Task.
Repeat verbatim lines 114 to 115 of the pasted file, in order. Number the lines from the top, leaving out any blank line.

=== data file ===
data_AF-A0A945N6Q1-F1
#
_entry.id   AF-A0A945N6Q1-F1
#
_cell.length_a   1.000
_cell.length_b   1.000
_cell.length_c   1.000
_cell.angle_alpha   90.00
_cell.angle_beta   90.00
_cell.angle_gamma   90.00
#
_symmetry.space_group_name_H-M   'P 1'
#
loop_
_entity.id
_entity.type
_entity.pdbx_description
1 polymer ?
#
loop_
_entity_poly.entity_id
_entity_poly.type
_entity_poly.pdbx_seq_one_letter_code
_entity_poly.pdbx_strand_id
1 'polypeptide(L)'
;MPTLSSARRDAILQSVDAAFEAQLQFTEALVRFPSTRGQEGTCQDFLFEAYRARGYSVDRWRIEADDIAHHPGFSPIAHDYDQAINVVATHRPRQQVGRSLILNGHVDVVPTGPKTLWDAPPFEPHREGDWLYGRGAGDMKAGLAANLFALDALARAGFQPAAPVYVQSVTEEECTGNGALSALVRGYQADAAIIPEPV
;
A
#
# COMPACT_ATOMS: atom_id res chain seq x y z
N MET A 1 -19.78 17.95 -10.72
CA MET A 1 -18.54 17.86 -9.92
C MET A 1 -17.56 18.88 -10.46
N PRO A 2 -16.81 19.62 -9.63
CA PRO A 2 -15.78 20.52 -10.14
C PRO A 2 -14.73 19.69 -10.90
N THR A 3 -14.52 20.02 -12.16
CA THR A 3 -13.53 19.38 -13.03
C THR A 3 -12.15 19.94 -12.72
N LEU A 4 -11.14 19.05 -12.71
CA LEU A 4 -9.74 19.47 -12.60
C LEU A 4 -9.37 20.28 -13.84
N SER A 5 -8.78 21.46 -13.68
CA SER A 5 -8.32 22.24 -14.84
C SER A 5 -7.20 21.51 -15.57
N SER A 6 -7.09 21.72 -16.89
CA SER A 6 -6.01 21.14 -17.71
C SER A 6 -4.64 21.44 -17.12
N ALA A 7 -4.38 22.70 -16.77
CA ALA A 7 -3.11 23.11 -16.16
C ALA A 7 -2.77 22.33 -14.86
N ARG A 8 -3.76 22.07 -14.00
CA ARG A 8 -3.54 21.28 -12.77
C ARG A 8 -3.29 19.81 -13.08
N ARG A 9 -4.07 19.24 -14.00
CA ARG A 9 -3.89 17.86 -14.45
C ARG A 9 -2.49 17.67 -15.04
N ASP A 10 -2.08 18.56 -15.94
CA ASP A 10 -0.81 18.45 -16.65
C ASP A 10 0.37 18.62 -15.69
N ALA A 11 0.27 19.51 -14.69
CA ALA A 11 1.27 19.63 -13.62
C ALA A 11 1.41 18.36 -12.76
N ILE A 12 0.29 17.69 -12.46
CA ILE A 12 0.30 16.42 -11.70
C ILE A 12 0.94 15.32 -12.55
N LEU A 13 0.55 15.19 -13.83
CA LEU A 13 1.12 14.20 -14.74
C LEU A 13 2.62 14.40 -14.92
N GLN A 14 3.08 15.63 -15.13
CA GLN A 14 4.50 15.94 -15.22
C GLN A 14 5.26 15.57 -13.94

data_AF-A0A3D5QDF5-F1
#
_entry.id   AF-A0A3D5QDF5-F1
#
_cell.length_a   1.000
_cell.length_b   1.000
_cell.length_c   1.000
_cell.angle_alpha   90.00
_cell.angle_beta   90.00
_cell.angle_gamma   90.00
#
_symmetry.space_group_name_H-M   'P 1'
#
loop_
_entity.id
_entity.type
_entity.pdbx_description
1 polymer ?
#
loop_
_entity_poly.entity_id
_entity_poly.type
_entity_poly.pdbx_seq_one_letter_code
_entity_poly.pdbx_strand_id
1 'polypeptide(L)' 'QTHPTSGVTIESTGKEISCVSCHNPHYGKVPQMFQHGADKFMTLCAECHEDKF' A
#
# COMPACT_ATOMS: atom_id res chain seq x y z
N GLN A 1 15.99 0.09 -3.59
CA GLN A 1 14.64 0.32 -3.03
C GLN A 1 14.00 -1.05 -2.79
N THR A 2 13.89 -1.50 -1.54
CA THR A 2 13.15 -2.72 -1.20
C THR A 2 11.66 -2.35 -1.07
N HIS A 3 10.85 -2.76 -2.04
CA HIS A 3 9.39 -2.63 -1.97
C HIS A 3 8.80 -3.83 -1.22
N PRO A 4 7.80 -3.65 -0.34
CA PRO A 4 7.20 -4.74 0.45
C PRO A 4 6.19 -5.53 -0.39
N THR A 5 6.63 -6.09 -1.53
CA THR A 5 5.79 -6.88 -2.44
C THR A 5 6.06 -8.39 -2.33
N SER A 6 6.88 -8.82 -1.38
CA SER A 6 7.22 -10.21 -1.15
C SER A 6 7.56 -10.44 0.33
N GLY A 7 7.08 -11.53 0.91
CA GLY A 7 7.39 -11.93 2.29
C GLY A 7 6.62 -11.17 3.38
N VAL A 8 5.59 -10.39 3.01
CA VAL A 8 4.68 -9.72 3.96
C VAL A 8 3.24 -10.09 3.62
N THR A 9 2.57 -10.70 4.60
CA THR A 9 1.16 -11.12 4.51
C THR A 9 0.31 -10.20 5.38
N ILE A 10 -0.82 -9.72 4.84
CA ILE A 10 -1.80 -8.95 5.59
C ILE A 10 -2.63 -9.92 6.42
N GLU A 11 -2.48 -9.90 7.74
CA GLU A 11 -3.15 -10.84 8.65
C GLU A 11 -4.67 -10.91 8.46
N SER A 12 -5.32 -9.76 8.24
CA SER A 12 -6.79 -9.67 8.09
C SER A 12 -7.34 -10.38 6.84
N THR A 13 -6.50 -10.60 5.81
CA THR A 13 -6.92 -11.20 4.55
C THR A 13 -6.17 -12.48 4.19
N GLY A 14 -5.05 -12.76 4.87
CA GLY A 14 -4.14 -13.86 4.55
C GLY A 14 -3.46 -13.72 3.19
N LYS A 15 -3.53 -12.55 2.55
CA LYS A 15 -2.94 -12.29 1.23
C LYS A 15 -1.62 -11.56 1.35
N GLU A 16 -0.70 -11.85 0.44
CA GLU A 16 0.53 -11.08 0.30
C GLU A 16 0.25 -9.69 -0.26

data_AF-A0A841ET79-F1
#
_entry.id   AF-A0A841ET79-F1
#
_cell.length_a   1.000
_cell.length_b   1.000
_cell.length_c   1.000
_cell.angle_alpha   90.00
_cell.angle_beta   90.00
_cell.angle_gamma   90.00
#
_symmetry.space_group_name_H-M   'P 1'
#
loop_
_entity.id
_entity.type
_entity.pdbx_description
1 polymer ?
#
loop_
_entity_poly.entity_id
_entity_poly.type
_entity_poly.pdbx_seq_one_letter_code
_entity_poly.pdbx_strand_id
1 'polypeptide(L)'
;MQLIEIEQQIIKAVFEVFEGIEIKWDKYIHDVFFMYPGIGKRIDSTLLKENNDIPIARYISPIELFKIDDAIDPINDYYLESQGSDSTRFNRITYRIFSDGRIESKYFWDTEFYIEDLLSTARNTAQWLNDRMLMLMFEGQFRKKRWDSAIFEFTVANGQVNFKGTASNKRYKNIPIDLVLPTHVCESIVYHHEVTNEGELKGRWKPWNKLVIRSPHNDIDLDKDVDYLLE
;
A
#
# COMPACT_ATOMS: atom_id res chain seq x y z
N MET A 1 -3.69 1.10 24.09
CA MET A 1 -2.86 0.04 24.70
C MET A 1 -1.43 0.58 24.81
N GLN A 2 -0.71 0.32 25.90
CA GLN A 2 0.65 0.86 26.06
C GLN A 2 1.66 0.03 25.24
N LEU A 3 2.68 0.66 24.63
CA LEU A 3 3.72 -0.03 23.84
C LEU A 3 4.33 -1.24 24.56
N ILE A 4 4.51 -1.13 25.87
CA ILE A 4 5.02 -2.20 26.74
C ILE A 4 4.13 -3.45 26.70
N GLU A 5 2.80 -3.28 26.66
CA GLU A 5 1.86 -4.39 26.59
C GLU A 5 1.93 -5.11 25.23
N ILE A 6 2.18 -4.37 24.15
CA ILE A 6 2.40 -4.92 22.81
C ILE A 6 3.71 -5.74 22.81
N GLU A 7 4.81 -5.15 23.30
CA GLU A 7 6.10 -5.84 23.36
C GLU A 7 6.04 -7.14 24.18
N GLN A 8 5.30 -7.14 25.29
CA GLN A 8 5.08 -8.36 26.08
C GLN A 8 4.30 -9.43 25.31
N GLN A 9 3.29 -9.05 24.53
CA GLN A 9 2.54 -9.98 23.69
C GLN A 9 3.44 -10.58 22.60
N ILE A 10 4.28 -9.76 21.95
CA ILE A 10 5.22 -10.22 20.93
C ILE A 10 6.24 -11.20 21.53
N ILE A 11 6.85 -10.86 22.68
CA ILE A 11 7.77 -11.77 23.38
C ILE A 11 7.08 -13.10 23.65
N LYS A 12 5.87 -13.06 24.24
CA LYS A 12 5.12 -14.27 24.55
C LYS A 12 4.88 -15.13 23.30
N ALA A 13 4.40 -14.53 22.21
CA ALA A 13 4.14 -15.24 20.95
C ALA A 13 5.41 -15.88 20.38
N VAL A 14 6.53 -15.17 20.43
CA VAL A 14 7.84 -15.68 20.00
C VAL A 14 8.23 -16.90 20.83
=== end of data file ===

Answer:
C THR A 5 6.06 -8.39 -2.33
N SER A 6 6.88 -8.82 -1.38